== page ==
We’re wasting our money on these supplements, review finds

Review finds that supplements may actually increase the risk of “adverse health outcomes”.

Thirty per cent of adult Australians have a vitamin D deficiency, according to Osteoporosis Australia, placing them at risk of bone and joint pain and a heightened risk of falls and bone fractures.

As a result, more than 40 per cent of Australian adults, the majority of them women and the elderly, regularly take supplements, feeding a multibillion-dollar industry.

However, a review published in the Medical Journal of Australia this week has found there is insufficient evidence to support taking these supplements in any form, and that they may actually increase the risk of “adverse health outcomes”.

“The major trials in community-dwelling individuals have not demonstrated fracture prevention with either calcium, vitamin D or their combination,” said the authors, Professor Ian Reid and Associate Professor Mark Bolland, from the University of Auckland.

“Calcium supplements in healthy individuals are not needed, nor are they required in most people receiving treatment for osteoporosis.”

The authors warned that calcium supplements could cause constipation, bloating and kidney stones, and could increase the risk of myocardial infarction.

They said we should focus on obtaining these nutrients naturally.

“Why calcium supplements act differently to calcium-rich foods is not really known,” said practising dietitian Dr Joanna McMillan. “But it is likely that the food matrix and delivery of the calcium may be key.”

Calcium is essential for healthy bones, muscles and organs. It’s found in dairy foods, salmon and sardines, broccoli, bok choy, silverbeet, cucumber, celery, chickpeas, almonds, dried figs and apricots.

Vitamin D also helps to build and maintain strong bones and assists with calcium absorption. It is made in the skin through exposure to the sun, although this mechanism is compromised in many older Australians. It is also found in fatty fish, such as tuna, mackerel and salmon, and in liver, cheese and egg yolks.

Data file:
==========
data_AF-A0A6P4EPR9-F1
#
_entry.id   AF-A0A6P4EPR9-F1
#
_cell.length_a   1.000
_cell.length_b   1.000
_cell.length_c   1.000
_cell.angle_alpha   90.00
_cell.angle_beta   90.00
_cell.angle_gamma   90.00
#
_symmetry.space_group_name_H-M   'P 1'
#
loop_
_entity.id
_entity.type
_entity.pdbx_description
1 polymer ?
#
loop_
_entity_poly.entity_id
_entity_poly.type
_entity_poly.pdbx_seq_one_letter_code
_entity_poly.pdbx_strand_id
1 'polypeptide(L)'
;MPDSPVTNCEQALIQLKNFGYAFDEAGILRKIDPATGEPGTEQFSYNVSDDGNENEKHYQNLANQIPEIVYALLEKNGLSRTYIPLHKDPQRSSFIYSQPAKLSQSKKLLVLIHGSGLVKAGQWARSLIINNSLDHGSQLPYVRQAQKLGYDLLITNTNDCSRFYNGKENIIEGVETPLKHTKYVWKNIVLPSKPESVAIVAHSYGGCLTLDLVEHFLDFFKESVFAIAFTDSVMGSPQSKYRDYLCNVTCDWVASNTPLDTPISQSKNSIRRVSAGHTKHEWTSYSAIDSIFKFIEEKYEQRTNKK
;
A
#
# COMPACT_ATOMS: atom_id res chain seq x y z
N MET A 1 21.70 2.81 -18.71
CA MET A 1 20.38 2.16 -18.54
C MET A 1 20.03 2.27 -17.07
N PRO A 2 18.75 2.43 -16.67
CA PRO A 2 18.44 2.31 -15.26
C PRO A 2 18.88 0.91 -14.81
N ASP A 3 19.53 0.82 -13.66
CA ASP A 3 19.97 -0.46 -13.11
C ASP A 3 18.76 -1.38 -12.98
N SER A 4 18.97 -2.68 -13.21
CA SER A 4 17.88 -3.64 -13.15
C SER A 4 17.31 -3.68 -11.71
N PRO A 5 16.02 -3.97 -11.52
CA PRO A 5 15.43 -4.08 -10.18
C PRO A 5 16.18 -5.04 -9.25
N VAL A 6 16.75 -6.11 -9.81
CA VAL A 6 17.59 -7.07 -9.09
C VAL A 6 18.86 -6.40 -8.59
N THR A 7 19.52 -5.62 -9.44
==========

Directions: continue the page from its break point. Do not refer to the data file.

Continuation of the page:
“Their [calcium and vitamin D supplements] use as adjunctive therapy in osteoporosis has been the convention, but … there is little evidence that this alters outcomes,” said Prof. Reid and Assoc. Prof. Bolland.

But for otherwise healthy adults, they said such supplements were a waste of money and that we’re better off focusing on food, sunlight and exercise.

“Supplements have value in overtly deficient individuals, but not across the healthy older population. Based on the consistency of the data, we believe that a recommendation not to provide supplements routinely to healthy older individuals can be judged to be evidence-based … and no longer a matter of controversy,” they wrote.

“In summary, small doses of vitamin D have a place in the prevention of osteomalacia in individuals with specific risk factors. Calcium supplements have very little place in contemporary medical practice.”

The Royal Australian College of GPs (RACGP) says that while calcium and vitamin D supplements have been widely used in an attempt to prevent bone loss and prevent fractures in postmenopausal women and older men, evidence indicates that the absolute benefit is low “and considerably less than that seen with licensed osteoporosis treatments”.

It says: “The target calcium intake from dietary sources and supplements should be 1000mg per day for adults, rising to 1300mg per day for women older than 50 years of age and men older than 70 years of age.

“Vitamin D from sunlight exposure (avoiding periods of high ultraviolet-radiation intensity such as in the middle of the day) and supplements should ensure 25-hydroxyvitamin D (25-OH D) levels >50 nmol/L. If vitamin D supplements are required, a dose of 800–1000 IU per day is usually sufficient, although higher doses are needed in some people to achieve target levels. Dietary calcium intake is often suboptimal in the elderly, especially institutionalised individuals.”

Have you been regularly taking vitamin D and calcium supplements? Will you now check with your doctor as to whether you should still take these products?